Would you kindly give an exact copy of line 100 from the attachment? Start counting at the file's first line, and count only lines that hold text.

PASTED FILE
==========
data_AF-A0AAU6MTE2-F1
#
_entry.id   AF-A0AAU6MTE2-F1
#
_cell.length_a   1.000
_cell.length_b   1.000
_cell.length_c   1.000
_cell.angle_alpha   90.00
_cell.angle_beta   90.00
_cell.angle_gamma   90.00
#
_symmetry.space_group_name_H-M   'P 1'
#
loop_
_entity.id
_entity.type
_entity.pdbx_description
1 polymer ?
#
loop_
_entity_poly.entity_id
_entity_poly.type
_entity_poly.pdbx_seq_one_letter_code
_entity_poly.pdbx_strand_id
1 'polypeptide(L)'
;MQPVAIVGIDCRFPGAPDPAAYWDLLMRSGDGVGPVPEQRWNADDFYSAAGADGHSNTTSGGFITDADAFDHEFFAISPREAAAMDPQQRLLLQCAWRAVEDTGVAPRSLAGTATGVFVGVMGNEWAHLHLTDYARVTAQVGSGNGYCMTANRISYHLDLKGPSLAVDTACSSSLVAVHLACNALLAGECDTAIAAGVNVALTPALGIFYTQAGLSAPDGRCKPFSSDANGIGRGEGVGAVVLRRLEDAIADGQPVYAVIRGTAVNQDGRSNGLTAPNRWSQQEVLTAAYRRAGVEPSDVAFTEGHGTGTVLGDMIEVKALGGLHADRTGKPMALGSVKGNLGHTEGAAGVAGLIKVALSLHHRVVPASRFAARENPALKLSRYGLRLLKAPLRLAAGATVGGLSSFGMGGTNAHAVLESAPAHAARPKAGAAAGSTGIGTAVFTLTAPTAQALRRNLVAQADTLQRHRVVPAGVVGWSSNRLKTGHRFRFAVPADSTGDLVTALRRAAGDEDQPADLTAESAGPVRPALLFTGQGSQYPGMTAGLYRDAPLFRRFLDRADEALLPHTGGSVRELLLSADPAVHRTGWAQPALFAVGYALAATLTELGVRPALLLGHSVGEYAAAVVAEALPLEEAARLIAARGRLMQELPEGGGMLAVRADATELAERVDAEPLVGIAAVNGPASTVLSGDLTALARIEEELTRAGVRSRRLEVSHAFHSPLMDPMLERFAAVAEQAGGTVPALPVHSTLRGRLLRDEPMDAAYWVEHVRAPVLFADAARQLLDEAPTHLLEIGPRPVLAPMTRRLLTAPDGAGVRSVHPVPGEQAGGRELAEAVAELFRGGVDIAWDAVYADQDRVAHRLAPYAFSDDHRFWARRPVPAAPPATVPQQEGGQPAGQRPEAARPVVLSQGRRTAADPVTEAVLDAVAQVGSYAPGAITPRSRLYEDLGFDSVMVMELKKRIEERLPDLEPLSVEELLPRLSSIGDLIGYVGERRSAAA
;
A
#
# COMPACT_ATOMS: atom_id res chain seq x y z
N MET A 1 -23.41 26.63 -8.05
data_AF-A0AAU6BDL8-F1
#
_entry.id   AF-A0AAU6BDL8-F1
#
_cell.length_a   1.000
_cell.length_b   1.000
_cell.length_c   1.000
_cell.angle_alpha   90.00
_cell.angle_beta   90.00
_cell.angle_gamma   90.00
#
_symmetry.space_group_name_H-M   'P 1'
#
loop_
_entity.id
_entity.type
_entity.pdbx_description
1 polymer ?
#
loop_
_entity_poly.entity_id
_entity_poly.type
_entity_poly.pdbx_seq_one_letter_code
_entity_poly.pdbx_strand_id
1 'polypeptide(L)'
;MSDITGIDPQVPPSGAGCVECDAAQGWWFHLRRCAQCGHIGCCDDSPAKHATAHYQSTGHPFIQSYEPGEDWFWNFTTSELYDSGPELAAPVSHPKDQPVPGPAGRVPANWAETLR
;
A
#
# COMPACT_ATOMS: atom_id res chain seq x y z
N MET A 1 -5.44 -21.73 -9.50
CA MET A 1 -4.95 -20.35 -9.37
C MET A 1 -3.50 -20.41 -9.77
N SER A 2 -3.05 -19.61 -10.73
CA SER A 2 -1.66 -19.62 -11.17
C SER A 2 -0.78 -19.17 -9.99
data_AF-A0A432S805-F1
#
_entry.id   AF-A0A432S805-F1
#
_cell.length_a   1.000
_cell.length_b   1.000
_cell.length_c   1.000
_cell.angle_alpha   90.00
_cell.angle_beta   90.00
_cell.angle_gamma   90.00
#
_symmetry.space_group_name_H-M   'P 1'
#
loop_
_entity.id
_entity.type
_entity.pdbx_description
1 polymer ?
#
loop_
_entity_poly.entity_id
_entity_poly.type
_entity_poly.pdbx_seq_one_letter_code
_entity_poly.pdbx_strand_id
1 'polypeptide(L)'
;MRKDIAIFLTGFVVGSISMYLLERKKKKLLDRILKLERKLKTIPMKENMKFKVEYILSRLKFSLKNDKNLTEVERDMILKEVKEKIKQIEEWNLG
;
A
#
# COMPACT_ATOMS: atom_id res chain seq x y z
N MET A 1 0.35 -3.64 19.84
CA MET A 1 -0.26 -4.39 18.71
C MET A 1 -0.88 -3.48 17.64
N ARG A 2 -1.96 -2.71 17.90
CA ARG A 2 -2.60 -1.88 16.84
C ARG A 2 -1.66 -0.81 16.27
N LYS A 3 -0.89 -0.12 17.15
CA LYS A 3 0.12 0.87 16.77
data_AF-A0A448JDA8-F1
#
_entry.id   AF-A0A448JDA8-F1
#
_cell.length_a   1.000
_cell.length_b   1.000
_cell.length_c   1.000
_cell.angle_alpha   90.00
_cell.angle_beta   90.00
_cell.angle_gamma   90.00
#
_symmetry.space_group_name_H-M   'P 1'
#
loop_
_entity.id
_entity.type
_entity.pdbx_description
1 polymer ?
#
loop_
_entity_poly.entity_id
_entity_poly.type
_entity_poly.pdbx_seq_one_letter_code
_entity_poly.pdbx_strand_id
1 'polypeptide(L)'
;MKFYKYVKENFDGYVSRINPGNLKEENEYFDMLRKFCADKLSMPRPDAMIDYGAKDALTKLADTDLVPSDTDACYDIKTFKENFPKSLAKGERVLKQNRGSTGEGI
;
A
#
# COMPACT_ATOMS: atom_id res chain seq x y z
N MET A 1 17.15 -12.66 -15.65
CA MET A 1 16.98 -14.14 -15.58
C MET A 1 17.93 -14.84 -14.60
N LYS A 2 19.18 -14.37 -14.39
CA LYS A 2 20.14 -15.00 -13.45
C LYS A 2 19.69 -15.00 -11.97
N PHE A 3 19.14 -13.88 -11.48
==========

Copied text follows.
C MET A 1 -0.88 -3.48 17.64